Learning disabilities programs at OHS

Abigail Ely, Staff Reporter

Okemos High School has a wide variety of programs and classes that help people with varying disabilities. These classes include AP classes and general education class courses that most of our students take and graduate with and basic classrooms and gen-ed classes that allow for an equal opportunity for learning.
OHS has three basic classrooms. The Autism Spectrum Disorder (ASD) classroom is specifically for students with severe autism, and two other basic classrooms have students with different cognitive impairments, autism and other disabilities.
“Our program in it of itself is an accommodation because we have a specialized curriculum, so we’re not doing the same curriculum the rest of the school is doing when it comes to math, science and language arts. We provide different learning tools like different monitors and different handheld stuff that the students might need to access their curriculum,” Jessica Phillips (Basic classroom) said.
The curriculum the students are on is even more unique in the fact that it can be tailored to the individual student that is in the program. All the basic classroom programs are also self contained, which means they are not on a track to get their diplomas. Instead the students work on functional base academics, such as being able to follow a checklist, budgeting and counting money.
“I think the greatest resource that we have is that we are not absolutely bound to a set curriculum. Everybody in this program has an individual educational program with individual goals, and then we create activities and work that goes along with that,” Keith Miller (Resource) said.
The students also get additional help through the paraprofessionals that comes in to help with the students along with Links, who are students who spend a class working with the students in these basic classrooms. With these extra sets of hands, the program and curriculum can be much more diverse and allow for more tailored education.
Accommodations for the students go beyond the walls of the school. The program provides an option that allows some of the students to learn at different job sites. These job sites range from simple custodial work at Delta Dental and cleaning up the weight room at Court One to the more advanced work such as working food prep at Buddies or working with teachers to play games and work with the little kids in pre-primary imparied (PIP). Once they’ve worked at these job sites for a while and are seen to be taking to it well, they can go to a job site in Peckham. Peckham has many jobs at various levels of difficulty, spanning from working in the kitchen to working on fabric repairs for Patagonia clothing items.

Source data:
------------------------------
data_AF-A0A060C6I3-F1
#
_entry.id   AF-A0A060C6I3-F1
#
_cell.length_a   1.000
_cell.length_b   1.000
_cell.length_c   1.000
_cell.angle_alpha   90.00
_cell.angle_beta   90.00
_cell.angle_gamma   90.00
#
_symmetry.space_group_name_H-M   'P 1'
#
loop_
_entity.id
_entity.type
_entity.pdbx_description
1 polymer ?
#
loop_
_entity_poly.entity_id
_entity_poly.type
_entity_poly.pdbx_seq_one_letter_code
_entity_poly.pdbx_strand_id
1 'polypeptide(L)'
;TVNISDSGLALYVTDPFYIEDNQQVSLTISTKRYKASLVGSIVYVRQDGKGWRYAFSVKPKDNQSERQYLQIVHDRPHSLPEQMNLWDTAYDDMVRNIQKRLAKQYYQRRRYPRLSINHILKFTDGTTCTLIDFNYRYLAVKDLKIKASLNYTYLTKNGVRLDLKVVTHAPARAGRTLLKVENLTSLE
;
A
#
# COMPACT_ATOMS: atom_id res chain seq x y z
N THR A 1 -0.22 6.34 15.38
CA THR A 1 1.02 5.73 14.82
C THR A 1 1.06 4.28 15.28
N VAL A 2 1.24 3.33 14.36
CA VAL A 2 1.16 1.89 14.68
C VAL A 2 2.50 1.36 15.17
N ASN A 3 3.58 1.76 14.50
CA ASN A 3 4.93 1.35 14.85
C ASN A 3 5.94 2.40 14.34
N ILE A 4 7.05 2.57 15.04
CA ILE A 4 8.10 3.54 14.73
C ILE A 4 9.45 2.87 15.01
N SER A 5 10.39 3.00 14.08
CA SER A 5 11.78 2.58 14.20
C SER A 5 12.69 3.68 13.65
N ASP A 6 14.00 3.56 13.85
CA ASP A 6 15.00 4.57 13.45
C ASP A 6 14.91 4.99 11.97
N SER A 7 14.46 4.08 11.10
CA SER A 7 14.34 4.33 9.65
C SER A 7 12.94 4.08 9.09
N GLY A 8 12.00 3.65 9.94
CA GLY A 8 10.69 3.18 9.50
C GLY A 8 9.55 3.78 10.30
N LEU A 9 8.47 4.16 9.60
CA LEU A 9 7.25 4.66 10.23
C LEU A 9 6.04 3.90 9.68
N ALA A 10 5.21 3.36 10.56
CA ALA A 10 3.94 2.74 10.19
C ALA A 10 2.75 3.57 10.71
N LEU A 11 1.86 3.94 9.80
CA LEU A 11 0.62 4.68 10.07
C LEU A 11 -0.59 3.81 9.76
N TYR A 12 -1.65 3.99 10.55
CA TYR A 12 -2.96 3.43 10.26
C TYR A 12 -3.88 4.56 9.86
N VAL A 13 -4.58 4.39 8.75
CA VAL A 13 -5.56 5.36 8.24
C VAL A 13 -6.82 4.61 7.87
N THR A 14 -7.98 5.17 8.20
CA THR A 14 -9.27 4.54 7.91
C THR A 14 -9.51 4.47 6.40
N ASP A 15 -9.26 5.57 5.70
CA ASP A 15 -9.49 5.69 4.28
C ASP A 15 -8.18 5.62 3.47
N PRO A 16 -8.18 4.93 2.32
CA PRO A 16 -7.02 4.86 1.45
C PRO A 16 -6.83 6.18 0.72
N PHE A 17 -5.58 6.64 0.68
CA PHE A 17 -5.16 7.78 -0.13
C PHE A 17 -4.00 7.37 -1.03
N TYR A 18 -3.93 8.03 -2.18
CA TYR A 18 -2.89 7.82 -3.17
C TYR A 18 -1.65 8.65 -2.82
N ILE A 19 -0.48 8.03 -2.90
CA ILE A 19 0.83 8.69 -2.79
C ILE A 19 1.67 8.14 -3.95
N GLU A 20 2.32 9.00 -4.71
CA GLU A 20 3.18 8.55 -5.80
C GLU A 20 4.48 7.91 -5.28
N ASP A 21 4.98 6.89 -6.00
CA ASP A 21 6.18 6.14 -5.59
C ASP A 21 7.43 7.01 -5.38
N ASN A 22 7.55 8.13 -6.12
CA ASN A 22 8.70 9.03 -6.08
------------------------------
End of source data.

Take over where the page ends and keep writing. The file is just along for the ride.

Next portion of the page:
“For any field trip we have to go to in a community. [Heather Pricco, special-ed director,] is very willing to let us try new things. In the morning we have para-pros, who are our job coaches and we go to four different job sites so they can get vocational training there. Community mental health helps us out with things and so we have a tremendous amount of help from outside this classroom that helps us try and meet the needs of these guys,” Miller said.
Miller believes these job sites are a really great resource in the program and help the students to learn real life skills that’ll help them once they turn 26 and are no longer able to be in the program.
When asked about what should be highlighted about the program, Miller described how he was extremely happy to see that the kids in the basic classrooms are more visible to the general education students as he talked about his experience from when he first started to teach at Okemos. He explained that when he started working here 20 years ago the kids in the basic classrooms felt very isolated from the general education kids and set away in a separate part of the school. Nowadays these students frequently can be seen with gen-ed students, through Links and being in classes like lifeguarding and choir.
Having these programs has allowed OHS to widen its accommodations and give more help to some specific needs of students.There will always be things that can be improved that will help allow the kids in this program to have a more practical education.
“I would like to see more elective courses offered so that our kids could get out with their general education peers. We’re so academically driven at Okemos that we kind of lose out on some of the elective courses,” Miller said.
This program is continuously changing and growing as more is researched about how to best help the students in the program. While it might not be perfect, the work being done in these classrooms help teach these students practical life skills they’ll need for the rest of their life.